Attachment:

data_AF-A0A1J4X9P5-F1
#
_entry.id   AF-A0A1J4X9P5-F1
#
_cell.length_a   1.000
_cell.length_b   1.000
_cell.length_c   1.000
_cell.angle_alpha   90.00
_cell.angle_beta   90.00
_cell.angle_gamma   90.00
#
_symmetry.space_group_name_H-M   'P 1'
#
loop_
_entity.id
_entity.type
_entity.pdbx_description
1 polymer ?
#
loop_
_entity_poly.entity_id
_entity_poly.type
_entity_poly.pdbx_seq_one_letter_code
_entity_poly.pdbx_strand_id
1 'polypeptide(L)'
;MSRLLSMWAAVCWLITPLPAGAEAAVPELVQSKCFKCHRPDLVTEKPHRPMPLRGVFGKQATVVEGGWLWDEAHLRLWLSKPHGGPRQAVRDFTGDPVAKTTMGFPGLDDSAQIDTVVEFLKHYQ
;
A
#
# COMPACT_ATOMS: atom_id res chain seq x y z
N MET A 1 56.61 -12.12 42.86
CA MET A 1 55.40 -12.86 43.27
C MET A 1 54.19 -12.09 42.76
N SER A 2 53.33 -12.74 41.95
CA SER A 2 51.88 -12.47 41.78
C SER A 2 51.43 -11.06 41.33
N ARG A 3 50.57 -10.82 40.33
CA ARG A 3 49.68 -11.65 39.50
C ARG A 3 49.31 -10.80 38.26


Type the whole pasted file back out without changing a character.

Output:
data_AF-A0A1J4X9P5-F1
#
_entry.id   AF-A0A1J4X9P5-F1
#
_cell.length_a   1.000
_cell.length_b   1.000
_cell.length_c   1.000
_cell.angle_alpha   90.00
_cell.angle_beta   90.00
_cell.angle_gamma   90.00
#
_symmetry.space_group_name_H-M   'P 1'
#
loop_
_entity.id
_entity.type
_entity.pdbx_description
1 polymer ?
#
loop_
_entity_poly.entity_id
_entity_poly.type
_entity_poly.pdbx_seq_one_letter_code
_entity_poly.pdbx_strand_id
1 'polypeptide(L)'
;MSRLLSMWAAVCWLITPLPAGAEAAVPELVQSKCFKCHRPDLVTEKPHRPMPLRGVFGKQATVVEGGWLWDEAHLRLWLSKPHGGPRQAVRDFTGDPVAKTTMGFPGLDDSAQIDTVVEFLKHYQ
;
A
#
# COMPACT_ATOMS: atom_id res chain seq x y z
N MET A 1 56.61 -12.12 42.86
CA MET A 1 55.40 -12.86 43.27
C MET A 1 54.19 -12.09 42.76
N SER A 2 53.33 -12.74 41.95
CA SER A 2 51.88 -12.47 41.78
C SER A 2 51.43 -11.06 41.33
N ARG A 3 50.57 -10.82 40.33
CA ARG A 3 49.68 -11.65 39.50
C ARG A 3 49.31 -10.80 38.26